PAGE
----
Once a reader opens the cover of the book, (according to some) the author has a short window of opportunity in order to grab the readers attention. It’s no surprise that most of the time you can tell if you will like a book based on the first line. A good opening line causes the reader to think, it slowly pulls them in, but most importantly it gets them wanting more.
Earlier this week I asked both writers and reviewers what their favorite opening line was. And although the responses varied in regards to genres, they were all surprisingly (or maybe not) similar.
“It was a beautiful day. It was a beautiful field. Except for the body.” – I hunt killers by Barry Lyga.
This line was given by ravenandbeez. When asked why this line was captivating, the response was easy, “I still haven’t read it but the mystery aspect of it is so strong. I just need to know more.”
TheTattooedBookGeek felt similar about his passage:
“Before she became the Girl from Nowhere-the One Who walked In, the First and Last and Only, who lived a thousand years-she was just a little girl in Iowa, named Amy.”- The Passage (Passage trilogy book 1) by Justin Cronin.
When asked what it was that made him place this book from the maybe read into the definitely reading pile, he said, “I’d say as it really intrigued me but also because it made me think that Amy (the girl) was going to have a big part in the story and made me want to find out more.”
Here are a couple other responses I received:
“In a hole in the ground there lived a hobbit. Not a nasty, dirty, wet hole, filled with the ends of worms and an oozy smell, nor yet a dry, bare, sandy hole with nothing in it to sit down on or to eat: it was a hobbit-hole, and that means comfort.“- Hobbit
“Maybe he should have been more worried about the ghost detector going off.”– Labyrinth A Greywalker novel by Kat Richardson
“Morganville, Texas, isn’t like any other dusty small town. It’s got secrets. It’s a company town…and the company is vampires.”– The Morganville Vampires Daylighters by Rachel Caine
Most of the responses I received talked about the books inquisitiveness and how it pulled them in. However, lines that fail to deliver this “pulling effect”, are most often categorized as boring, plain, or lack information. Hallie offered her advice on what she felt successful first lines need: “The first line needs to be something that can make you smile, or make your jaw drop, or perhaps make you curious.”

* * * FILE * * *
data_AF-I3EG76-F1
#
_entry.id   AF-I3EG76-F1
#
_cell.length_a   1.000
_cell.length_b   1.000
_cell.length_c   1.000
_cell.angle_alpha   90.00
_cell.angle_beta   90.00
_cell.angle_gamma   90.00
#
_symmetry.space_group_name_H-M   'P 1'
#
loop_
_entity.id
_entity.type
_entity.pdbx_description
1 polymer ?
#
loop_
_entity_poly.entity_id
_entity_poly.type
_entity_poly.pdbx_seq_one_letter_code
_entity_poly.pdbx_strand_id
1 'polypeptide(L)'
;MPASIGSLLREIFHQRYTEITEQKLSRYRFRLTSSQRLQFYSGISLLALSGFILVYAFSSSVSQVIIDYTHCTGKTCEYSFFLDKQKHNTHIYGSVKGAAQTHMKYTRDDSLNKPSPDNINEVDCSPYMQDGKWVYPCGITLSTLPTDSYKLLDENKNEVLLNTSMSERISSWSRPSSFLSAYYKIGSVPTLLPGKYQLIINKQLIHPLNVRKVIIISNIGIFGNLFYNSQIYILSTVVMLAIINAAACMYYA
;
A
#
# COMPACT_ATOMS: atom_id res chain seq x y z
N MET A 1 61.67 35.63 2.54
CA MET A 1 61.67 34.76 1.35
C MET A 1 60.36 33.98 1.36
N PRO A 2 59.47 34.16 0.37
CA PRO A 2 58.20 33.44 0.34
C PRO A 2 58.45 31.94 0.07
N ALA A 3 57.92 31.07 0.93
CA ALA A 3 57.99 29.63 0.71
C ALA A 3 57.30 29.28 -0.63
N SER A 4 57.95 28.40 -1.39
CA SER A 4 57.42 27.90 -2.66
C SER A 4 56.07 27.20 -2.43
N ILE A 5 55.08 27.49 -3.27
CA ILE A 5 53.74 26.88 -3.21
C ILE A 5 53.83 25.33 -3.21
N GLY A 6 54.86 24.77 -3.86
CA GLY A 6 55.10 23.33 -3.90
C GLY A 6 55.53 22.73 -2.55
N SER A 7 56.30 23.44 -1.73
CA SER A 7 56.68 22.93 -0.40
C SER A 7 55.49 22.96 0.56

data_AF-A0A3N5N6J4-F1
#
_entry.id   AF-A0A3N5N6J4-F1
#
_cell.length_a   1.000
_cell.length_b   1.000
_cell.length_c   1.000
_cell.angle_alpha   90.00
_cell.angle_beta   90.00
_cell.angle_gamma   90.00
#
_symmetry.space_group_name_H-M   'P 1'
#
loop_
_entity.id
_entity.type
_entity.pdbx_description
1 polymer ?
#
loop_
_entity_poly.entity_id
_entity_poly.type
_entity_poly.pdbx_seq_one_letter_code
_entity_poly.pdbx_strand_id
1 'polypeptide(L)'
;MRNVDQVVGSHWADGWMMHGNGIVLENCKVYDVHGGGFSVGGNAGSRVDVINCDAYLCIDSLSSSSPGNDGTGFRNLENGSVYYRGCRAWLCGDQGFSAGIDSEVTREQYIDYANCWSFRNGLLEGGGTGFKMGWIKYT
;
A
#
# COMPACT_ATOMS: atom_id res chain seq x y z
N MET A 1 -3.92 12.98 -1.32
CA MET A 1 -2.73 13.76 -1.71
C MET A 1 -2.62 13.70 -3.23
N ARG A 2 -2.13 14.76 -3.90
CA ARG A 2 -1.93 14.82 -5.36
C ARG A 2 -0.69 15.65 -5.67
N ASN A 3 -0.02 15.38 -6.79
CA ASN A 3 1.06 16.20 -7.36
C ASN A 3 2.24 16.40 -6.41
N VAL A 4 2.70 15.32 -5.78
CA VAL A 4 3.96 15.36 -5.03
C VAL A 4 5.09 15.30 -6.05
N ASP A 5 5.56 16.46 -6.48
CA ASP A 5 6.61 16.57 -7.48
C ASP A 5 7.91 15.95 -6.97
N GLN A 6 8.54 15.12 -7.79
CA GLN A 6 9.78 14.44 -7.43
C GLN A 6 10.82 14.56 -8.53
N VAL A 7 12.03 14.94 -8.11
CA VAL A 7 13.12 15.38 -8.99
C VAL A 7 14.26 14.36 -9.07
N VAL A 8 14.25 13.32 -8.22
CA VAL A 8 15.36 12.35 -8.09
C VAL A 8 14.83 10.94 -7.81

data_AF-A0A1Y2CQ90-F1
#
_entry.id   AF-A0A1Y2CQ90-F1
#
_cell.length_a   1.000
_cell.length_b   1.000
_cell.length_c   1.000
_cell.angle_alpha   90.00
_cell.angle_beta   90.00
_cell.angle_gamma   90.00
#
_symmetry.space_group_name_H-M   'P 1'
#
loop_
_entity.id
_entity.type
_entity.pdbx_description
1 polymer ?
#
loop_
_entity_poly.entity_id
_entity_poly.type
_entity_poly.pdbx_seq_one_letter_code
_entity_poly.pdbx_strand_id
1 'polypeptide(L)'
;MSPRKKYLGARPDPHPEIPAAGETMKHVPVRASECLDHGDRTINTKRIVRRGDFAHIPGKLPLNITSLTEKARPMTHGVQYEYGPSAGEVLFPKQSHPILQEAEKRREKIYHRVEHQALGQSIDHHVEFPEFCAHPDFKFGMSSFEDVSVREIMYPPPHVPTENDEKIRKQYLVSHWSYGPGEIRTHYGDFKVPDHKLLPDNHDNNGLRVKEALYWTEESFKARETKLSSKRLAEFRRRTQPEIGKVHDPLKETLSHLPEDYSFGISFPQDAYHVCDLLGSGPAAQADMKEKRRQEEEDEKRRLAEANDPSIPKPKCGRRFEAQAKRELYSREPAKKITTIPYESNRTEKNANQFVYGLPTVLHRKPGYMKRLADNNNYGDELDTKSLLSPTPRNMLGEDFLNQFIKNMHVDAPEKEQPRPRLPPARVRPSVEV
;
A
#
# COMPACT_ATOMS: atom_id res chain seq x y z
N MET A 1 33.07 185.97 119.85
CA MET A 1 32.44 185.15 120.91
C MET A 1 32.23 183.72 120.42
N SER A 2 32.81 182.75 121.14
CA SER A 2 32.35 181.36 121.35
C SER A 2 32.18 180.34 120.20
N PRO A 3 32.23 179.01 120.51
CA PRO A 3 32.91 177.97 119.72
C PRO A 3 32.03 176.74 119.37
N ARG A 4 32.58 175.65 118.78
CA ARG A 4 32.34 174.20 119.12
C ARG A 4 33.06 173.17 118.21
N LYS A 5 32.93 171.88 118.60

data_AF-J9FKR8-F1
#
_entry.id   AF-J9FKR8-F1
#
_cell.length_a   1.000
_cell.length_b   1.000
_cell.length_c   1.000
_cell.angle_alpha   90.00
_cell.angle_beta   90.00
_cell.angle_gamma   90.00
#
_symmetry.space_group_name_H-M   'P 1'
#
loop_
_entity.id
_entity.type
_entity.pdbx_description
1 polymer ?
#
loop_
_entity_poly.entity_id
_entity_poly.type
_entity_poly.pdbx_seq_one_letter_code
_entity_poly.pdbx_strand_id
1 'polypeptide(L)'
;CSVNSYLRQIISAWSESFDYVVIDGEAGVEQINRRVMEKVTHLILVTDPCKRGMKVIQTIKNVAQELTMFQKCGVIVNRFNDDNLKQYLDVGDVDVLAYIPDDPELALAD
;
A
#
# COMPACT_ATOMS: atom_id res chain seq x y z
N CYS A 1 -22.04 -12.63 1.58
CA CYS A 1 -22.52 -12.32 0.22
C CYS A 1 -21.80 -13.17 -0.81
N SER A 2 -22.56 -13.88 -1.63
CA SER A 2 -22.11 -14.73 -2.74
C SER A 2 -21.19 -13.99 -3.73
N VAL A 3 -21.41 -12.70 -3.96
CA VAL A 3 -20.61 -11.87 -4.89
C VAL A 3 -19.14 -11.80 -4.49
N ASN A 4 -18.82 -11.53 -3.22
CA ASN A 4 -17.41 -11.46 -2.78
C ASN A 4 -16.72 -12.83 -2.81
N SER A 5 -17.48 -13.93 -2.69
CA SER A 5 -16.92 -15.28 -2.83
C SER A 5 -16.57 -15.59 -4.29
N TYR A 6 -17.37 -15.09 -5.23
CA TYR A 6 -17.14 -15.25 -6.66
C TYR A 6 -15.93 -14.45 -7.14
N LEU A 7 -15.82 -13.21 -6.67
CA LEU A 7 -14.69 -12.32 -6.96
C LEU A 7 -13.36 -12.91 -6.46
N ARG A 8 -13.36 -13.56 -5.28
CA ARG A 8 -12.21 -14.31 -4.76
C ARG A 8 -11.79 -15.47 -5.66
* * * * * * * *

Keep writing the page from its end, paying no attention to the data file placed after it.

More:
Ok, so what does this mean to writers. Well, according to some- not much. Yes, first lines are great, but some argue they don’t make or break the success of your book. According to one goodreads critic, Jp, their advice:
“There are a number of things that must be done in the first chapter of a book–and they can be learned. If you’ve done all of them, and well, you might have a successful book. No telling. You must do what you do in your own way and tell the story as only you can.
If you’re submitting a book to an agent or a publisher, you can be rejected for any number of reasons, not always having to do with what you wrote. The thing is not to be discouraged, but to keep writing.”
According to Sequoia, author and critic, it’s not just the first line but the first seven that have meaning.
“When I was in graduate school, a professor introduced me to something she called the 7 sentence rule. Basically, within 7 sentences (give or take), the reader should have a pretty good sense about at least one (but ideally 2-3 or more) of the following: main character, central tension, a theme, setting. As a creative writing professor, I stress this to my students. As an editor, I usually know if I’m going to accept or reject a piece by the end of the first or second paragraph.”
In the end, what do we walk away with? Well, I’m not honestly sure there is a right or wrong answer here. I think everyone is different. Someone once told me, “Books are like clothing in that what one person likes, the next person wouldn’t like at all. it’s very personal.”
I hope everyone has an enjoyable weekend!